My friend Sue was aghast that I actually got sucked into bidding on one of those Internet "Groupon" type deals.  "You mean you spent $80 for someone to go shopping with you?  I would have done that for you for free!"  I explained that it was a great bargain because normally, the woman charges more than double that amount.  Sue then muttered something about how that it's kind of like getting half-priced tap water. The truth is, when it comes to clothes shopping, I am overwhelmed and completely paralyzed when I walk into a store. If I find something I like, inevitably, the price is something equivalent to the GNP of a small Carribean island nation. But mainly, nothing looks or feels quite right. I don't even attempt to shop at places like TJ Maxx, Marshalls, Ross, etc.  (BTW, whatever happened to Frugal Fannies?) That's just pandemonium.  I can't even cross those thresholds.  TOO. MUCH. STUFF.  Racks of "irregulars" all crammed together with sizes arranged randomly.  Most of it garbage -- that's why it's here!  (Although not a discount store, I find the above applies to Macy's too).  Unabashedly, the store throws in blouses stained with lipstick and sweaters with small holes.  They don't have to defend it because of the low price. Can someone please introduce a bill in Congress to outlaw the following garment nightmares: polyester, empire waists (EVERYONE wearing these appear to be pregnant), cap sleeves (holy sausage arm city Batman!), gray tops or sweaters (EVERYONE looks ashen and on death's doorstep in this non-color), A-line skirts (whom do these flatter?  June Cleaver?)...should I go on?  Some styles need to be put to bed. FOREVER. I read about a brilliant scheme in the local paper.  A VERY expensive blue jeans store in Bethesda was busted for providing free alcohol to customers as a kind of spending lubricant.  How come no one ever offers me a Bud Light when I'm shopping at Old Navy?  I think this would help to alleviate a lot of my shopping anxiety.  Not so subtly, they served booze to women to reduce their negative feelings about shopping for jeans which is only marginally less miserable than trying to find a bathing suit that fits and looks good. *Postscript: this post was originally published on April 1. The store giving out champagne to its blue jeans customers is now closed.  Hmmm. I wonder why. Seeing a $275 pricetag has a sobering effect on all but the most inebriated shopper.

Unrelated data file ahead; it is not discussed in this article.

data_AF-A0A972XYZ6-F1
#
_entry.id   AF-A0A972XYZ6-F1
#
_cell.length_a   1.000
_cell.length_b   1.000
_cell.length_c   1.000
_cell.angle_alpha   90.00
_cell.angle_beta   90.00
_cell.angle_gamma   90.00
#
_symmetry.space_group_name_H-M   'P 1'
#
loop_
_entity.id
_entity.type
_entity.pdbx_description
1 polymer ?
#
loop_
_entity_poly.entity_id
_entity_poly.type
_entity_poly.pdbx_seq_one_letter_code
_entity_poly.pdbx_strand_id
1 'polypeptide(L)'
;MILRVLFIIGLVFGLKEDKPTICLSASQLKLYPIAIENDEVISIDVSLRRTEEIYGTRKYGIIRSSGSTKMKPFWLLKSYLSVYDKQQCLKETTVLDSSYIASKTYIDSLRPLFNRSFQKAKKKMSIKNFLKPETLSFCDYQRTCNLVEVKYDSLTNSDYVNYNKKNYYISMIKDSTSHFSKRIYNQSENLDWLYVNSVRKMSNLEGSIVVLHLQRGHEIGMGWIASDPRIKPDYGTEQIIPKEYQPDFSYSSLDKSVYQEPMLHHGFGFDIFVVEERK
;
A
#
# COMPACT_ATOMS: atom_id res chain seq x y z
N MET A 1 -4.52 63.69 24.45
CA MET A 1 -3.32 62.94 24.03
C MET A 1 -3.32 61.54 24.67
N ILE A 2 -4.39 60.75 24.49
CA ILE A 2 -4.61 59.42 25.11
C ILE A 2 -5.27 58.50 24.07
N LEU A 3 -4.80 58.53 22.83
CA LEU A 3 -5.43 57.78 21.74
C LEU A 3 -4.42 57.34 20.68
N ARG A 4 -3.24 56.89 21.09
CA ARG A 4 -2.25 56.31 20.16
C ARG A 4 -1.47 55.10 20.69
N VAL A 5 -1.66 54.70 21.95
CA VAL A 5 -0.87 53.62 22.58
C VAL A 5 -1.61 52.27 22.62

Posted by Sally Pessin
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  • My Paper Towel Crisis

    Friday, June 28th, 2013

    Resting at the Arc de Triomphe after a lot running around Paris